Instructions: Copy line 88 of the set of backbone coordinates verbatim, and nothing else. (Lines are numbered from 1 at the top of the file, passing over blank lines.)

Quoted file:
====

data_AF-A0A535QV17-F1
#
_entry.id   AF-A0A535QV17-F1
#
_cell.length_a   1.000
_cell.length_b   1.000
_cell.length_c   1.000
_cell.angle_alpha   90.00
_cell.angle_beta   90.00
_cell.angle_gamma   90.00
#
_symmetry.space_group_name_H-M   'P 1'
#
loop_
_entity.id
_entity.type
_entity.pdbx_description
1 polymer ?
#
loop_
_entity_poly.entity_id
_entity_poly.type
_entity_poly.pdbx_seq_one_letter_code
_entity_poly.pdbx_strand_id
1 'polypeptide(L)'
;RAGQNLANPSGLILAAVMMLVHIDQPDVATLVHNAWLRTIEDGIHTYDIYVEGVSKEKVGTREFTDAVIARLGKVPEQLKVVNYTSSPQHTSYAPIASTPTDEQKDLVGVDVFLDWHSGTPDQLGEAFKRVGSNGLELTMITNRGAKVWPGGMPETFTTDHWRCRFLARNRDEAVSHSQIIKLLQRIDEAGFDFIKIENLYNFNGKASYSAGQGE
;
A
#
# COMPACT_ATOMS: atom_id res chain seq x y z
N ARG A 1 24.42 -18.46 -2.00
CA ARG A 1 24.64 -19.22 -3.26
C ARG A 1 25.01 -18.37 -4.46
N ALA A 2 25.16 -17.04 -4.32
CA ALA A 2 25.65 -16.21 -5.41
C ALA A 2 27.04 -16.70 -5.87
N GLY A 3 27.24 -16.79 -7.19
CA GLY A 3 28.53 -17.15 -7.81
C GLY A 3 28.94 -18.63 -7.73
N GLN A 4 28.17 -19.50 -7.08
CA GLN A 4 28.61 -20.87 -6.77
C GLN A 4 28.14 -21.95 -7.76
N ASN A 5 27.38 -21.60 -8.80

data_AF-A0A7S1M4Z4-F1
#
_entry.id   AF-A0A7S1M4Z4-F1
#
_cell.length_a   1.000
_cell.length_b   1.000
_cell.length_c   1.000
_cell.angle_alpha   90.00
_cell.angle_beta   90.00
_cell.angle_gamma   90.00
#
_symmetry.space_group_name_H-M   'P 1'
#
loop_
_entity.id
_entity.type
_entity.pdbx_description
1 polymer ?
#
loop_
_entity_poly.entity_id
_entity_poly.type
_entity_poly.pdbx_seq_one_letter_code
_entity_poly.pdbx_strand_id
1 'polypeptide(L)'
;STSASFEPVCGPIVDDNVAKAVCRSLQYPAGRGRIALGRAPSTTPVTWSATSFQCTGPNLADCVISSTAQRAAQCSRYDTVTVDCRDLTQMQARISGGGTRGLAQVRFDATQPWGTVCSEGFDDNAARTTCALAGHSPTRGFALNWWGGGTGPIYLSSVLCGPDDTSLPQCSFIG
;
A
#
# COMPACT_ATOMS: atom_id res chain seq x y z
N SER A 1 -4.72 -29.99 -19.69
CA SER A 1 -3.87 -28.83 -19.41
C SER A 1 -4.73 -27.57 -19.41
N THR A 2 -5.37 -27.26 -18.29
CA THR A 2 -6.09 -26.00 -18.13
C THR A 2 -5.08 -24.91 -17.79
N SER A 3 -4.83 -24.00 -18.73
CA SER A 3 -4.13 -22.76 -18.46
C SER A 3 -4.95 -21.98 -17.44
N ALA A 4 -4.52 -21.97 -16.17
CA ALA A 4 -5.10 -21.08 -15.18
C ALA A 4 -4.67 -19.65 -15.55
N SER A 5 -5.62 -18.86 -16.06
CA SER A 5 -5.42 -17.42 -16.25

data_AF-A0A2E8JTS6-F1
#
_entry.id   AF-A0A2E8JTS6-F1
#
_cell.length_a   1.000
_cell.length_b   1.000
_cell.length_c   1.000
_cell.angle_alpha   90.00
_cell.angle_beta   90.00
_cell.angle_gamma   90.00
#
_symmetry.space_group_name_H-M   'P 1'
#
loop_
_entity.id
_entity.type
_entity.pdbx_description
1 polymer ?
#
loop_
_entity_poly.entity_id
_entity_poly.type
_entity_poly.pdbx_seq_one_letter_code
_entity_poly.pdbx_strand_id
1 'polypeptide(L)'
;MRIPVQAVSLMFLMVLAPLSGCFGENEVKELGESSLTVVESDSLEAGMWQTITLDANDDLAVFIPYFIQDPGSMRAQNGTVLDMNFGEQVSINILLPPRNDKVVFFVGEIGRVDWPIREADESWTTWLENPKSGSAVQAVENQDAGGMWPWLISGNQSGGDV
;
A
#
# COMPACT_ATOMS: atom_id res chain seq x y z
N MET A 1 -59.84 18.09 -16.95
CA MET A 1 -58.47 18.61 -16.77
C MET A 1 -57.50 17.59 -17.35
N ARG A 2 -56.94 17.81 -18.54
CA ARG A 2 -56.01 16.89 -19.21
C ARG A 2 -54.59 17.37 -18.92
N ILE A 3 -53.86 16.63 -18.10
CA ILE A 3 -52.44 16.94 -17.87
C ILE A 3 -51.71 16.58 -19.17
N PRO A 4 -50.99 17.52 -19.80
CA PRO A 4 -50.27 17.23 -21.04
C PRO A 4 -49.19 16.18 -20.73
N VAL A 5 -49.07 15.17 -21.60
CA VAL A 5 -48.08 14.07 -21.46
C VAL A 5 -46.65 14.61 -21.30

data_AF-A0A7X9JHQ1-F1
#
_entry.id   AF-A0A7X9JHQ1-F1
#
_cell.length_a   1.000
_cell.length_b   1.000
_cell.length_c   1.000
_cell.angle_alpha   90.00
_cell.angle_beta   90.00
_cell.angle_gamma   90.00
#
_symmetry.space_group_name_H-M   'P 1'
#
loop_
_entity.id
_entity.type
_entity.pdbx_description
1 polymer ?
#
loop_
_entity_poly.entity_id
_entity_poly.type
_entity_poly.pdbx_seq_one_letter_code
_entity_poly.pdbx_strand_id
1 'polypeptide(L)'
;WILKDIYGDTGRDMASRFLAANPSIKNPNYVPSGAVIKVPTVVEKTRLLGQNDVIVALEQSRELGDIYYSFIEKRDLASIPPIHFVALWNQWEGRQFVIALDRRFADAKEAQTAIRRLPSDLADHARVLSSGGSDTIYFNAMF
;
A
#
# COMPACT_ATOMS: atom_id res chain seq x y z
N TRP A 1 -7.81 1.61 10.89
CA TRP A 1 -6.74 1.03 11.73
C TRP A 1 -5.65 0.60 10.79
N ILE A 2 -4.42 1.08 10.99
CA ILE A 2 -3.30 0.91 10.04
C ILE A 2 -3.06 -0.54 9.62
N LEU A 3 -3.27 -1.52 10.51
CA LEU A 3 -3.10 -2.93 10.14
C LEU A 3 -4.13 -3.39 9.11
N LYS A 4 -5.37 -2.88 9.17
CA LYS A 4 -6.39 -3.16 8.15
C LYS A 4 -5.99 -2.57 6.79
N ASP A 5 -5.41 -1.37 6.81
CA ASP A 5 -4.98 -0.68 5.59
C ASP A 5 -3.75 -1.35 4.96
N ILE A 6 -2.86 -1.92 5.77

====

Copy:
data_AF-A0A2E8JTS6-F1